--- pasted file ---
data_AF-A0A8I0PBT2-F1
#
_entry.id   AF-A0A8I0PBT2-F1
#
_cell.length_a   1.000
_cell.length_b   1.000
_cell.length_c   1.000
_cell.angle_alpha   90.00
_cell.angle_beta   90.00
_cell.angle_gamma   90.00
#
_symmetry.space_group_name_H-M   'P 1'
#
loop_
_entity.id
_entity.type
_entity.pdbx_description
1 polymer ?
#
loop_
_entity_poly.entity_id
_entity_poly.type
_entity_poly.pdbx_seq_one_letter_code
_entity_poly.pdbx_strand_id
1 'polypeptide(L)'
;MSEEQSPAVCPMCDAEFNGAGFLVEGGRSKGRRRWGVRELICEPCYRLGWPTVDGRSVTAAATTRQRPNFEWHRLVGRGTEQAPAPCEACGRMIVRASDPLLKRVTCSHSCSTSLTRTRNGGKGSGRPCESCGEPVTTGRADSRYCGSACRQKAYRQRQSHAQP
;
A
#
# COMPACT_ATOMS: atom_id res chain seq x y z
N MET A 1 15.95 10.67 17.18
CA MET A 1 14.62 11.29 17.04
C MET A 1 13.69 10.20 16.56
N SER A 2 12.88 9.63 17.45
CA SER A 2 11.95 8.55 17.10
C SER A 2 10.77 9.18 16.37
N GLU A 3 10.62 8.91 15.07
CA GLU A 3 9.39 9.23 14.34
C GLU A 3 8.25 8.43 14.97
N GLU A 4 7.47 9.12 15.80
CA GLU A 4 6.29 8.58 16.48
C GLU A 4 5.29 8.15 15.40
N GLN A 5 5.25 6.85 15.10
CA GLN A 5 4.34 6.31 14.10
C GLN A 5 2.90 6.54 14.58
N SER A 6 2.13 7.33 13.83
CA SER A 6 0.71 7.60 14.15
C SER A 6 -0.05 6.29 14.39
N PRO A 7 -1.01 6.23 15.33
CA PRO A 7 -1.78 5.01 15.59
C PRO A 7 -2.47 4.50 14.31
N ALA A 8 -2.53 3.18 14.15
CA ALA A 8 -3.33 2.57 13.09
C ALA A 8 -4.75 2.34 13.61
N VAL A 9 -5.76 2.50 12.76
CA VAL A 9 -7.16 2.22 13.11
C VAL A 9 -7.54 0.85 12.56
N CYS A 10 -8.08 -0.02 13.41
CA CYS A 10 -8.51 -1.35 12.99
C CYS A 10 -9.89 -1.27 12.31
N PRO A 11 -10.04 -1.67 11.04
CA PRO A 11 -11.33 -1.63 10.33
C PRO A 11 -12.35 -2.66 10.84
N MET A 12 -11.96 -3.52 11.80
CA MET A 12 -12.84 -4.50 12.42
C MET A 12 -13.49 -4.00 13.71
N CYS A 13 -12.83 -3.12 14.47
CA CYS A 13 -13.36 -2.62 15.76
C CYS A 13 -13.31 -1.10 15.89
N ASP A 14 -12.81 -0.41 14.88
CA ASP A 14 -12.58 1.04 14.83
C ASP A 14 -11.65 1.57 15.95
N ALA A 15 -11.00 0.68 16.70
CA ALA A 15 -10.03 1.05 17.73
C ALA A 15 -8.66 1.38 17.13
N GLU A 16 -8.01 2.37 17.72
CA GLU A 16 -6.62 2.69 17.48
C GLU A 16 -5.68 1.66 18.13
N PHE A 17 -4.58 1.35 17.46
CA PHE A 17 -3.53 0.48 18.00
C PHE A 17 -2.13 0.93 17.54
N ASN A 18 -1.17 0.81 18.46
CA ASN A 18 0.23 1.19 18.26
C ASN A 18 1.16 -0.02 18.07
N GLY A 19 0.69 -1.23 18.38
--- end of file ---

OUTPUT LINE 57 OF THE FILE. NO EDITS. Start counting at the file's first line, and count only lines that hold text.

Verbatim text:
C VAL A 9 -7.54 0.85 12.56